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Cobra Q3 Sales Rise 18%, Income Up 46%

Chicago — Successful mobile-navigation product debuts, as well as a strong showing from the radar detection and citizens band radio product categories, helped Cobra Electronics post a 17.9 percent increase in third-quarter sales, hitting $31 million, compared with a year-on-year $26.3 million. The company said its international business also climbed sharply.

Net income jumped 46 percent in the third quarter, ended Sept. 30, reaching $571,000, up from $391,000 million. This increase was driven by the company’s rise in net sales and continued management of expenses.

“The intense competition in the two-way radio business continues to impact gross margins as retailers are pushing for lower price points and other incentives to drive traffic,” said Jim Bazet, president/CEO. “However, Cobra was able to offset this decline in gross margin by closely managing selling, general and administrative expenses,” he said. Expenses declined as a percentage of net sales to 23.6 percent in the third quarter from 25.1 percent in the same three months a year earlier.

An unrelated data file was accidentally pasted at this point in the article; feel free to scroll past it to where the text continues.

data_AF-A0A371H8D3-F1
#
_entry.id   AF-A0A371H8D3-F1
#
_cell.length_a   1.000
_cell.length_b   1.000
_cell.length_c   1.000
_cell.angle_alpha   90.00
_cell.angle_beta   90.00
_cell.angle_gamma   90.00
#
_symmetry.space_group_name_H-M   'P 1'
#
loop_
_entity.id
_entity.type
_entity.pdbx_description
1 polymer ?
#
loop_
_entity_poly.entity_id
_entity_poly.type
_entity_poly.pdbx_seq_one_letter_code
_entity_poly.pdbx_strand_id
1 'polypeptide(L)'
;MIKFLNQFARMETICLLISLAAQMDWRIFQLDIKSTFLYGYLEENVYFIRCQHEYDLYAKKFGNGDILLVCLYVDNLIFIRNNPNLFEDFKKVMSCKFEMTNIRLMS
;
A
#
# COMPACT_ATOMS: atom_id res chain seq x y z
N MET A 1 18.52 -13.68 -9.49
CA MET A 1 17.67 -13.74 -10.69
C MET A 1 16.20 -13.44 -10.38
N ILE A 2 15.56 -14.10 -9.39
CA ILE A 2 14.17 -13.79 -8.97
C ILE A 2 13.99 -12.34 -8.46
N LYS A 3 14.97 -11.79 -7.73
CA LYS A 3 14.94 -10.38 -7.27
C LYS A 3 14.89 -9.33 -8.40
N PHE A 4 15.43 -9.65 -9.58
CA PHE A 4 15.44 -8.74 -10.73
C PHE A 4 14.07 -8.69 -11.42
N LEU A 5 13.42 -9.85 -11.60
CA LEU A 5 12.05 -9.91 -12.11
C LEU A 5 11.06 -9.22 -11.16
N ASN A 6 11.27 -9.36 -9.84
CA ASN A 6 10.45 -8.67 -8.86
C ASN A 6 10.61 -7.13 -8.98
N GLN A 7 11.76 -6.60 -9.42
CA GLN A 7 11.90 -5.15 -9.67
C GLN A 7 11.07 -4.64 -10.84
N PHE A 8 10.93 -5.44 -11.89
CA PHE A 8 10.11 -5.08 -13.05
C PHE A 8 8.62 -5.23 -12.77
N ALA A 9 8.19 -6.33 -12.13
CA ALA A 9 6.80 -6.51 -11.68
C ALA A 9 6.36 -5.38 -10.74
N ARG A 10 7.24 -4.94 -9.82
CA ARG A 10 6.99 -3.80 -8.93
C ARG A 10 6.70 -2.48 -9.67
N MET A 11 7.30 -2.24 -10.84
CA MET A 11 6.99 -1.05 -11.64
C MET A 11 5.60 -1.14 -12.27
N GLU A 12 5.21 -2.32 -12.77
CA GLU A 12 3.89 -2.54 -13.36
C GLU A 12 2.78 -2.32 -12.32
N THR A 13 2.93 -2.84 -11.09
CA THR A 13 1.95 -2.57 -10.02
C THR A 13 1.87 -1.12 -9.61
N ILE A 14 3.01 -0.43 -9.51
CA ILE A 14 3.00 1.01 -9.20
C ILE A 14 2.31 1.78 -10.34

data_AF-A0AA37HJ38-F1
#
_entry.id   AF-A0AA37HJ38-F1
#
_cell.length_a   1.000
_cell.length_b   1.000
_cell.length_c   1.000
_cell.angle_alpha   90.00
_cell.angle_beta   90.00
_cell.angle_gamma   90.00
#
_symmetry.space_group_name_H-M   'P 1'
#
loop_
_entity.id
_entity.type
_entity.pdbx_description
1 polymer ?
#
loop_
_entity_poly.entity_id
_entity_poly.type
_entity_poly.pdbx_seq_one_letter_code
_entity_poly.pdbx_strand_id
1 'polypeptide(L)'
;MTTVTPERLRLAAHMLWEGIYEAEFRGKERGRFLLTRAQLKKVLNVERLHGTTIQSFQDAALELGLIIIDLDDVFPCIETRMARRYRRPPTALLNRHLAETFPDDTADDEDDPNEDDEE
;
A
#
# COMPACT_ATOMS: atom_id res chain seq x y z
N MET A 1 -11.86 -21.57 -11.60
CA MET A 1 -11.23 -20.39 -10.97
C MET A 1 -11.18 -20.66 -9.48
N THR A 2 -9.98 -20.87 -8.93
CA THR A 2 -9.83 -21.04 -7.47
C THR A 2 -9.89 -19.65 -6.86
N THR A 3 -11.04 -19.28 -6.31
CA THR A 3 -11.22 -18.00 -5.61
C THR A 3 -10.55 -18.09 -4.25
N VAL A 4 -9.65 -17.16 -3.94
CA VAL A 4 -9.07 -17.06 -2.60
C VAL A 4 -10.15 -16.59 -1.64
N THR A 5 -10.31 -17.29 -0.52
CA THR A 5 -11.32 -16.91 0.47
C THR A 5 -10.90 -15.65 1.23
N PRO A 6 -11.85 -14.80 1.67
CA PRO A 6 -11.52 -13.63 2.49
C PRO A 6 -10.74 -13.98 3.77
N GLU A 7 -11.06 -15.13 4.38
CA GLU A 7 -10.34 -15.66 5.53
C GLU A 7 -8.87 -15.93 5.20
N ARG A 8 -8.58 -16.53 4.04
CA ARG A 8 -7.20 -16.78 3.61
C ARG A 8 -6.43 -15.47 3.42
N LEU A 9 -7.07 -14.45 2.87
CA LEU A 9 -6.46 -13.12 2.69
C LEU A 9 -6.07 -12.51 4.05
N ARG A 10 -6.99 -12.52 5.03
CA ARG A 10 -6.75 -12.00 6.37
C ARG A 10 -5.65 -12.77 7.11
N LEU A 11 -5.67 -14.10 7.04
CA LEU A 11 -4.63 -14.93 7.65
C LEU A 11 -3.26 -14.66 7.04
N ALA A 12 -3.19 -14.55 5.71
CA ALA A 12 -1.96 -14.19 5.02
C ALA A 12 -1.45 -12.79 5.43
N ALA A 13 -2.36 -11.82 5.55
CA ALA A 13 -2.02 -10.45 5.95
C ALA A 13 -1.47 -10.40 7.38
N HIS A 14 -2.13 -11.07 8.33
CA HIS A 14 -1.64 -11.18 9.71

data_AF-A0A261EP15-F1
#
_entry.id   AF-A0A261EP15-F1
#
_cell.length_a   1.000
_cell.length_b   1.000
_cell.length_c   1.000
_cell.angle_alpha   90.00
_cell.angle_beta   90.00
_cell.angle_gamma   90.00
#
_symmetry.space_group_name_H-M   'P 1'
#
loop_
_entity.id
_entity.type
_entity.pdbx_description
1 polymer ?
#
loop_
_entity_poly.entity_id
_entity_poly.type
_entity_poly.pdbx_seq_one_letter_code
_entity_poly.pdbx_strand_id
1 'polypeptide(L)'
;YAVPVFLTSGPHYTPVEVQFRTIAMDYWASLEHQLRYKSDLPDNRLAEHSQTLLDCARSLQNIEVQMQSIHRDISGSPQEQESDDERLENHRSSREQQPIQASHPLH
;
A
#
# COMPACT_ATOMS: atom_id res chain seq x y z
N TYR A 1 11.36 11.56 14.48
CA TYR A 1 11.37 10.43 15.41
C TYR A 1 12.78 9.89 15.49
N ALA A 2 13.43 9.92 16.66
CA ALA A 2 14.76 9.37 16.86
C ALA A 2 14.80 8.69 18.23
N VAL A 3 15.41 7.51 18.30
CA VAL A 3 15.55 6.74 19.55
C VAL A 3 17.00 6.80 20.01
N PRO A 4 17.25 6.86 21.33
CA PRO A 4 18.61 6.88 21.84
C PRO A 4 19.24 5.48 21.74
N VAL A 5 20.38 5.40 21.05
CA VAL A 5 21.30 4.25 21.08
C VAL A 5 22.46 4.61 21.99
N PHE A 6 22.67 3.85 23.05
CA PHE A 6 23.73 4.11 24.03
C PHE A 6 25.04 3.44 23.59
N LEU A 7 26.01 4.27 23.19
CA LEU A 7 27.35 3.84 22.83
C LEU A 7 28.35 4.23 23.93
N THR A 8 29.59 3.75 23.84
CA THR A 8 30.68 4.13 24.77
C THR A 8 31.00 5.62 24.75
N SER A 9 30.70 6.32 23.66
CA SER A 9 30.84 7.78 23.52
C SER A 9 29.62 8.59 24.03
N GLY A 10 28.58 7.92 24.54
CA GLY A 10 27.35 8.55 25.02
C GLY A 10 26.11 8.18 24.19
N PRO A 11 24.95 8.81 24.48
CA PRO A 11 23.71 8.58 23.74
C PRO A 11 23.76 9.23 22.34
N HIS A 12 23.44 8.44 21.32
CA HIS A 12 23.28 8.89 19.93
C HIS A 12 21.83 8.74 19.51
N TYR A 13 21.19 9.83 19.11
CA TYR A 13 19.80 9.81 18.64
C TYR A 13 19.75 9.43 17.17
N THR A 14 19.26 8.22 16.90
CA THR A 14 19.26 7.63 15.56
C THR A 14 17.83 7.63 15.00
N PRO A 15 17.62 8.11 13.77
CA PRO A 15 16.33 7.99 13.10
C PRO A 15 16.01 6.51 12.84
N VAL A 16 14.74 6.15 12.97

Among the Cobra products cited for boosting U.S. third-quarter sales are its Navone 3000 mobile navigation system, while a new line of two-way radios and new marine radio products strengthened European sales. Canadian sales also increased substantially when Canada’s government moved to permit the sale of longer-range GMRS two-way radios. Offsetting these increases at Cobra were declines in the company’s domestic two-way radio business, with average selling prices and unit sales reflecting the maturation of the category.

For the nine months, Cobra sales rose 7.3 percent to $78.9 million from a year-on-year $73.5 million, while net income increased 53.6 percent to $530,000 from $345,000.

Cobra expects fourth-quarter sales and earnings to top that of the same period in 2003, Bazet said, but hedged his bets with the comment, “The fourth quarter continues to look strong, although there are warning signs in the economy, such as reduced consumer confidence and high fuel prices that cannot be ignored.”